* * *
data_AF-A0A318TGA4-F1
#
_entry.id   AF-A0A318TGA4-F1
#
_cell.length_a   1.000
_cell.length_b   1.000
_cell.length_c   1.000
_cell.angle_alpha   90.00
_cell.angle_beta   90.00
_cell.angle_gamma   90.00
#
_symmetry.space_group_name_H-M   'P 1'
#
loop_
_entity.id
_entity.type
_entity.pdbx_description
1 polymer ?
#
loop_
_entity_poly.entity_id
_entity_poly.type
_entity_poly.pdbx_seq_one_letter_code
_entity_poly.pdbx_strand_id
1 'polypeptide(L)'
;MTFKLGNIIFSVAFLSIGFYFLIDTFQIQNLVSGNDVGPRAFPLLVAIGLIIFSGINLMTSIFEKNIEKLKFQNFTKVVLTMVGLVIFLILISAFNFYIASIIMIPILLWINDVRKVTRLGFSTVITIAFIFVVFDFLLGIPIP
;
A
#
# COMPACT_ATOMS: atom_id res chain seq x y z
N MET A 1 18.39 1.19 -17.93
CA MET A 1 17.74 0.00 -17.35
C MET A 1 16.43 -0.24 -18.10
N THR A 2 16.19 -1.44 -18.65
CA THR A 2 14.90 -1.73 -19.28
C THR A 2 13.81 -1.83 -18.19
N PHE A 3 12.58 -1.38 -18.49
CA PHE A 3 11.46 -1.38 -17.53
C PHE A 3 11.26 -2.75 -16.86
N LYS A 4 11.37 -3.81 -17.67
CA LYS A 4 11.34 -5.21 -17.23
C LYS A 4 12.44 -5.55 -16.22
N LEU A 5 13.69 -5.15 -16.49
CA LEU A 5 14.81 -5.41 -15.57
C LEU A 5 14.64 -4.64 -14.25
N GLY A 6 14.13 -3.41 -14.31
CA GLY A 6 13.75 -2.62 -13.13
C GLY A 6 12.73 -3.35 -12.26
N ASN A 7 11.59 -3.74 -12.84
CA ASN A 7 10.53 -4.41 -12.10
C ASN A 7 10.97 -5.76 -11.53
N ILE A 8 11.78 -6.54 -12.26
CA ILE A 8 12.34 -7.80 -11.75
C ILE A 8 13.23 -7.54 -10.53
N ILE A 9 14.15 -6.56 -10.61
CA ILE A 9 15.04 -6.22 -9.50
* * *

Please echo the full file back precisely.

data_AF-A0A318TGA4-F1
#
_entry.id   AF-A0A318TGA4-F1
#
_cell.length_a   1.000
_cell.length_b   1.000
_cell.length_c   1.000
_cell.angle_alpha   90.00
_cell.angle_beta   90.00
_cell.angle_gamma   90.00
#
_symmetry.space_group_name_H-M   'P 1'
#
loop_
_entity.id
_entity.type
_entity.pdbx_description
1 polymer ?
#
loop_
_entity_poly.entity_id
_entity_poly.type
_entity_poly.pdbx_seq_one_letter_code
_entity_poly.pdbx_strand_id
1 'polypeptide(L)'
;MTFKLGNIIFSVAFLSIGFYFLIDTFQIQNLVSGNDVGPRAFPLLVAIGLIIFSGINLMTSIFEKNIEKLKFQNFTKVVLTMVGLVIFLILISAFNFYIASIIMIPILLWINDVRKVTRLGFSTVITIAFIFVVFDFLLGIPIP
;
A
#
# COMPACT_ATOMS: atom_id res chain seq x y z
N MET A 1 18.39 1.19 -17.93
CA MET A 1 17.74 0.00 -17.35
C MET A 1 16.43 -0.24 -18.10
N THR A 2 16.19 -1.44 -18.65
CA THR A 2 14.90 -1.73 -19.28
C THR A 2 13.81 -1.83 -18.19
N PHE A 3 12.58 -1.38 -18.49
CA PHE A 3 11.46 -1.38 -17.53
C PHE A 3 11.26 -2.75 -16.86
N LYS A 4 11.37 -3.81 -17.67
CA LYS A 4 11.34 -5.21 -17.23
C LYS A 4 12.44 -5.55 -16.22
N LEU A 5 13.69 -5.15 -16.49
CA LEU A 5 14.81 -5.41 -15.57
C LEU A 5 14.64 -4.64 -14.25
N GLY A 6 14.13 -3.41 -14.31
CA GLY A 6 13.75 -2.62 -13.13
C GLY A 6 12.73 -3.35 -12.26
N ASN A 7 11.59 -3.74 -12.84
CA ASN A 7 10.53 -4.41 -12.10
C ASN A 7 10.97 -5.76 -11.53
N ILE A 8 11.78 -6.54 -12.26
CA ILE A 8 12.34 -7.80 -11.75
C ILE A 8 13.23 -7.54 -10.53
N ILE A 9 14.15 -6.56 -10.61
CA ILE A 9 15.04 -6.22 -9.50